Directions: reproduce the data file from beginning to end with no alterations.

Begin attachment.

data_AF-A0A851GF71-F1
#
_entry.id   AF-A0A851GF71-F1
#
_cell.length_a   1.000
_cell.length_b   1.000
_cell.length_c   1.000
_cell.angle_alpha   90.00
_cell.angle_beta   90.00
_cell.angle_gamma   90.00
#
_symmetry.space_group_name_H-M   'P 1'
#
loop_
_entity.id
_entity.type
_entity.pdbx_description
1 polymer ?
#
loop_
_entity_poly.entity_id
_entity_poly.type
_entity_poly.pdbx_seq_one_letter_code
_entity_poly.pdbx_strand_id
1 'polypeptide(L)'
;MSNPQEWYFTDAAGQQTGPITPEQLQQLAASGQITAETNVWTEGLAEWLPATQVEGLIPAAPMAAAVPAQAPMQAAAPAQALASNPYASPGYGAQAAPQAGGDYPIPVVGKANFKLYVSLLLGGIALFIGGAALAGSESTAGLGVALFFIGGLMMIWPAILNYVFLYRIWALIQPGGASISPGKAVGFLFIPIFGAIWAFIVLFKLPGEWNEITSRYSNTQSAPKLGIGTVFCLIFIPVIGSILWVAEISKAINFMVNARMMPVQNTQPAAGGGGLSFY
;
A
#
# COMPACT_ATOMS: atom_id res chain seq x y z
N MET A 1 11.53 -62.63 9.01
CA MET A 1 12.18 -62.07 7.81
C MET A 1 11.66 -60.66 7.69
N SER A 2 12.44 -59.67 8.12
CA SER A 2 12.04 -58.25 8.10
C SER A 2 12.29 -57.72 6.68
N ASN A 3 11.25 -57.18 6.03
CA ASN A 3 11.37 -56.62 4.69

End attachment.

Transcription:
data_AF-A0A851GF71-F1
#
_entry.id   AF-A0A851GF71-F1
#
_cell.length_a   1.000
_cell.length_b   1.000
_cell.length_c   1.000
_cell.angle_alpha   90.00
_cell.angle_beta   90.00
_cell.angle_gamma   90.00
#
_symmetry.space_group_name_H-M   'P 1'
#
loop_
_entity.id
_entity.type
_entity.pdbx_description
1 polymer ?
#
loop_
_entity_poly.entity_id
_entity_poly.type
_entity_poly.pdbx_seq_one_letter_code
_entity_poly.pdbx_strand_id
1 'polypeptide(L)'
;MSNPQEWYFTDAAGQQTGPITPEQLQQLAASGQITAETNVWTEGLAEWLPATQVEGLIPAAPMAAAVPAQAPMQAAAPAQALASNPYASPGYGAQAAPQAGGDYPIPVVGKANFKLYVSLLLGGIALFIGGAALAGSESTAGLGVALFFIGGLMMIWPAILNYVFLYRIWALIQPGGASISPGKAVGFLFIPIFGAIWAFIVLFKLPGEWNEITSRYSNTQSAPKLGIGTVFCLIFIPVIGSILWVAEISKAINFMVNARMMPVQNTQPAAGGGGLSFY
;
A
#
# COMPACT_ATOMS: atom_id res chain seq x y z
N MET A 1 11.53 -62.63 9.01
CA MET A 1 12.18 -62.07 7.81
C MET A 1 11.66 -60.66 7.69
N SER A 2 12.44 -59.67 8.12
CA SER A 2 12.04 -58.25 8.10
C SER A 2 12.29 -57.72 6.68
N ASN A 3 11.25 -57.18 6.03
CA ASN A 3 11.37 -56.62 4.69